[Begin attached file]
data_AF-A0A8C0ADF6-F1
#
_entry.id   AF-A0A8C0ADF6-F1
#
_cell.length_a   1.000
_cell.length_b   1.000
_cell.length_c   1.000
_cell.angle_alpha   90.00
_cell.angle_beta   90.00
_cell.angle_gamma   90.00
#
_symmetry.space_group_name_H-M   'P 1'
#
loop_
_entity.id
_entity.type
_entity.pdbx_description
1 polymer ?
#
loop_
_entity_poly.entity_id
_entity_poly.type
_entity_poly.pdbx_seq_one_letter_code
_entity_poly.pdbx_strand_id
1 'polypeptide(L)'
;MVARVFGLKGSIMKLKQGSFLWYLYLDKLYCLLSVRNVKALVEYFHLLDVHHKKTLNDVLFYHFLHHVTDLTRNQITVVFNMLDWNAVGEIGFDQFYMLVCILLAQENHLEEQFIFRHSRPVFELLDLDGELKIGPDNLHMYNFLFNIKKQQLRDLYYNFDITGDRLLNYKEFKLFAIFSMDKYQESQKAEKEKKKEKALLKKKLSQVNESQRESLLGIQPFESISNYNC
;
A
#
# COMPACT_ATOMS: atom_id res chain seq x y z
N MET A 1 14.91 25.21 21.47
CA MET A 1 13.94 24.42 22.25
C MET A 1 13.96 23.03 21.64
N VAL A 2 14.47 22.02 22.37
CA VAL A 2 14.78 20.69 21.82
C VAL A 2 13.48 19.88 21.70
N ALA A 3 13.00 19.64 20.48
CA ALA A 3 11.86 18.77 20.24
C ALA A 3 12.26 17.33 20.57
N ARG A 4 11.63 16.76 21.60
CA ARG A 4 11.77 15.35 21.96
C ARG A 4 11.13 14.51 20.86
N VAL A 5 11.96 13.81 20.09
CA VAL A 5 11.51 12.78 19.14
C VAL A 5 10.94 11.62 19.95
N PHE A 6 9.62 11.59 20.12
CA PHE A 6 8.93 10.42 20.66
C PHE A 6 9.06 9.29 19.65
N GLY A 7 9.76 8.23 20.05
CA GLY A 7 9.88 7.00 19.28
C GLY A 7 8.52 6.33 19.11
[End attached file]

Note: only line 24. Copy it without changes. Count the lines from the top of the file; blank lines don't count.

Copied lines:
_entity_poly.pdbx_strand_id